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Date: Mon, 20 Jan 2014 14:58:30 +0400
From: Solar Designer <solar@...nwall.com>
To: discussions@...sword-hashing.net
Subject: Re: [PHC] Native server relief support for password hashing in browsers

On Sun, Jan 19, 2014 at 08:51:46PM -0800, Larry Bugbee wrote:
> By 'practical' I was thinking of the client passing an interim value of reasonable size, perhaps a hundred bytes or so.  If we are talking about many MBs to address the space part of the equation, it doesn't make sense for a client doing perhaps 7/8 of the work to pass an interim value to the server MBs in size.  A more "practical" approach would be for the algorithm to perhaps call for the client to expand memory to some large size but reduce it to a few hundred bytes for transmission, and if the algorithm calls for it, the server could also expand it to some high memory mode to complete the final 1/8 of the workload.   ...but such an approach would only be possible if the algorithm had some convenient points where the relevant data got periodically reduced to a more "manageable" size.

BTW, the "cost upgrades" happen to allow for this, even though it's not
their primary intended use.  The server could store an "upgraded" hash,
the client would compute a "non-upgraded" hash (or upgraded fewer times)
and the server would "upgrade" the client's provided hash, then compare
against what it had stored.  Drawback: with the granularity levels for
"cost upgrades" that are currently being considered, the server will
perform at least half the work (and, under most schemes, more than that).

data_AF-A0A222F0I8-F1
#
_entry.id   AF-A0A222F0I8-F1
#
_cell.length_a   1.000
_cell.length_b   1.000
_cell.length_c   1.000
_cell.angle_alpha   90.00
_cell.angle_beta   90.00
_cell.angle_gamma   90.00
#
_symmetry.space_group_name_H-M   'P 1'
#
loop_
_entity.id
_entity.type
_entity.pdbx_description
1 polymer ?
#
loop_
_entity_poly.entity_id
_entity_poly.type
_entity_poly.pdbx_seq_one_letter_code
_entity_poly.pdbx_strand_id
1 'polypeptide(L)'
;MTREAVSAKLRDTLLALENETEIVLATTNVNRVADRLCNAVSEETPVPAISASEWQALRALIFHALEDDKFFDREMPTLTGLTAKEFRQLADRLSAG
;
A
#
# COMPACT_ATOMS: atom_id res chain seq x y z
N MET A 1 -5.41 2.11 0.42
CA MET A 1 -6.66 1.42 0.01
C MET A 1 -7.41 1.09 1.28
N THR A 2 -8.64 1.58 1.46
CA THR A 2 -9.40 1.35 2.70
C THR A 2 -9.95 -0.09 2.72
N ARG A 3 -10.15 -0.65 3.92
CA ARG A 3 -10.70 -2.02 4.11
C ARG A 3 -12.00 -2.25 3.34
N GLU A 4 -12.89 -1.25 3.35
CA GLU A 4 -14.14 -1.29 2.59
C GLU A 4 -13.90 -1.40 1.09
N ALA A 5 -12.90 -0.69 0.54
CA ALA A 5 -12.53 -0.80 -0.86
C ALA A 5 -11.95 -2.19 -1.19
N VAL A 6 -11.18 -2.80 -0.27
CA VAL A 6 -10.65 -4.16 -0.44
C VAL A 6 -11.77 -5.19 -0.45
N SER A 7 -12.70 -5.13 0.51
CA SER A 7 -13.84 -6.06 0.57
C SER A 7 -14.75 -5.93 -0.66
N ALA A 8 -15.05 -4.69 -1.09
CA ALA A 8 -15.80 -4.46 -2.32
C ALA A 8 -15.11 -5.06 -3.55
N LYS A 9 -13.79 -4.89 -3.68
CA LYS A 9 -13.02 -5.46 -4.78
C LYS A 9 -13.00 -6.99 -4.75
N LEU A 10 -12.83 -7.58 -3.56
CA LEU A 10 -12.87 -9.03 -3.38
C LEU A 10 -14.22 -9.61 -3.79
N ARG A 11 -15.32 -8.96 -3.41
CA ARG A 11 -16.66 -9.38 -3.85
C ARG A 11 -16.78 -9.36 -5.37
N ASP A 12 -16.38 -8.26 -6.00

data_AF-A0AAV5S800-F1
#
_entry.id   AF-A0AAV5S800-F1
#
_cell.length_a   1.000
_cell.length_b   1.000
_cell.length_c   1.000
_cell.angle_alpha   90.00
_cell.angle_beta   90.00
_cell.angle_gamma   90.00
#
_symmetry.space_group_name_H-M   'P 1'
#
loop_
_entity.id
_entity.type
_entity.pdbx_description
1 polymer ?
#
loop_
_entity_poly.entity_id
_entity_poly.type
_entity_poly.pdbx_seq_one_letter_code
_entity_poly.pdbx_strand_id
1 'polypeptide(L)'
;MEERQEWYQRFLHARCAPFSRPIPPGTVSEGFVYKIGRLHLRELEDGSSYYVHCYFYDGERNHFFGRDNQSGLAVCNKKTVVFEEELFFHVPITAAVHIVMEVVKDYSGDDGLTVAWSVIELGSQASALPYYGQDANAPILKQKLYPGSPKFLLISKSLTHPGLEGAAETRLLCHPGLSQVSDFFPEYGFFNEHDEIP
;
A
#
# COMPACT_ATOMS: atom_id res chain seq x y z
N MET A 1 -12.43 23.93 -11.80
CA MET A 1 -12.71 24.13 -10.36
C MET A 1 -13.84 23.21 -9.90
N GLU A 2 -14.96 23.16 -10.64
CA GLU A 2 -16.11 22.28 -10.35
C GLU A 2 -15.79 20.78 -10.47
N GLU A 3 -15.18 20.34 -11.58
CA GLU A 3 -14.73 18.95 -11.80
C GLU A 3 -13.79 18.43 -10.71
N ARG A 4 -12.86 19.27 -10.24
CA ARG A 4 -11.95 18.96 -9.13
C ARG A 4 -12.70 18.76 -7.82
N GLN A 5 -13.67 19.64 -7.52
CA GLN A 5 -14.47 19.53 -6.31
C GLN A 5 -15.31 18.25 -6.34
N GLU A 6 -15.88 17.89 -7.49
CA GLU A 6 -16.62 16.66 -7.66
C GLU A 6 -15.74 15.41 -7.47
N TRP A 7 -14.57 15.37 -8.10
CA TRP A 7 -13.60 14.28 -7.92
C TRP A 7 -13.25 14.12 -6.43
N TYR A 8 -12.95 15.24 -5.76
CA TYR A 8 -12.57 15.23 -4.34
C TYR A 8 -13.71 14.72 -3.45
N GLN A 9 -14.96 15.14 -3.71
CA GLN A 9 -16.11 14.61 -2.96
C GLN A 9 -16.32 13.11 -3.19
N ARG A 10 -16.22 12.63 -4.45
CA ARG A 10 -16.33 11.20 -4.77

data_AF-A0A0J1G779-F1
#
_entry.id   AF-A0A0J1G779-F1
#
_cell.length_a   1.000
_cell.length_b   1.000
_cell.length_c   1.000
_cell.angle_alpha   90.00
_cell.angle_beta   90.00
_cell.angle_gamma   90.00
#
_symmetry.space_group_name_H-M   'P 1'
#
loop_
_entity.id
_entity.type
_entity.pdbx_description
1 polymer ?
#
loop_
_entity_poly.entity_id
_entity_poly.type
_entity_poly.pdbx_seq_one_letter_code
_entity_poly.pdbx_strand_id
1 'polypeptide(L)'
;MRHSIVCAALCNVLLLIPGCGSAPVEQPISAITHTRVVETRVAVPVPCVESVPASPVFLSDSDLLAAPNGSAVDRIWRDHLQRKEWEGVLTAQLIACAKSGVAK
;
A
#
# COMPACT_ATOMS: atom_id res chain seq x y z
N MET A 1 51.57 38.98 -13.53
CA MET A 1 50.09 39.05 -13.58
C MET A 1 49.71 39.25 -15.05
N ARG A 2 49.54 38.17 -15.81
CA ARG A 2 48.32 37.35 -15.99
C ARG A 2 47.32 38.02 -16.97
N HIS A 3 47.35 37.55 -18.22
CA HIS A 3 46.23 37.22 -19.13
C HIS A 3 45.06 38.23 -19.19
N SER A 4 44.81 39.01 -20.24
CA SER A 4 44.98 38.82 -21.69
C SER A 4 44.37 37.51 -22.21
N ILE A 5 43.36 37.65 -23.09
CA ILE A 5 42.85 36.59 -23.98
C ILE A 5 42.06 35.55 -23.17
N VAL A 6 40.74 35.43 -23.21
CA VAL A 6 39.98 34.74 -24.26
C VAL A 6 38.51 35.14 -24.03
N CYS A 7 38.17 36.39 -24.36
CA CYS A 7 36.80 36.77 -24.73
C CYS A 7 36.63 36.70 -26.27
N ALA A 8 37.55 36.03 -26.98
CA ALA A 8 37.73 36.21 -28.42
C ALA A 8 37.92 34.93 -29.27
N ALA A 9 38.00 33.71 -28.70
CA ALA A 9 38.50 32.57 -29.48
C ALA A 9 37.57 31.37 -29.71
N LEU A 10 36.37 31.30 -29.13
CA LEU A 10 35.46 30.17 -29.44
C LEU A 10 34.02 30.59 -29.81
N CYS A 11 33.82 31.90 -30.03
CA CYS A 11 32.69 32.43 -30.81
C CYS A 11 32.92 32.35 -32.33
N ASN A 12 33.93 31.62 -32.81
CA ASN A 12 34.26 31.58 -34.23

So this isn't of much use for "server relief", but it works for removing
reusable plaintext password from the wire.

To support such previously unplanned for use, maybe the granularity of
"cost upgrades" should be less than 2x, although unfortunately this is
incompatible by keeping the intermediate m_cost's as powers of 2 (if the
original m_cost was a power of 2).

It would also be nice to enable or increase use of ROM along with a
"cost upgrade", but this adds complexity (unless this is forcibly done
along with the very first upgrade, and further upgrades either don't
expand the expected ROM size or expand it in some predefined manner).

> On another project I hashed a pswd using a salt value AND a second "salt" value being the userid (in lower case to remove ambiguity).  Now, an adversary somehow learning the salt cannot get started building a new table without building one for each of the userids.  Not perfect, but better than just a salt.

It sounds like your first salt wasn't randomly chosen for each new hash
computed, then.  Normally it would be.  It sounds like your first salt
was what I'd call a local parameter rather than a salt, to avoid
confusion (with password hashing, salts are normally assumed to be
likely-different for each hash).

> Now, you can extend that theme to two salts.  One is retained and used by the server in the traditional way.  A second salt could be used by a client when client-assitance is desired, or by the server if 100% server side.

This makes sense, and at least the server-side salts should be the usual
per-hash ones.  Unfortunately, a scheme like this no longer fits "cost
upgrades" misuse.  To have builtin support for it in a PHC candidate,
we'd have to add complexity.

> In the end, not all targets are worth a maximum effort, so I submit we should choose 2 or 3 PHCs based on differing levels of potential loss.

At this time, I see a need to choose two:

1. Optimal for native code and VM implementations (for VMs lacking
native code crypto primitives).  Thus, the same for C and e.g. JavaScript.
(JavaScript will likely move into category #2 below soon.)

2. Optimal for scripting languages that provide native code crypto
primitives (but wouldn't have our new hashing scheme available as such
native code primitive right away).  This should work well for PHP,
Python, Perl, Java.  (Yes, these languages are sometimes compiled to
native code.  In those cases, maybe #1 will work better.)

I think #1 can be made generic, suitable for many use cases.  Then
specialized cut-down implementations of it may be produced, with reduced
feature sets (and supporting subsets of the possible hash sub-types),
e.g. for use in Unix crypt(3).

Alexander

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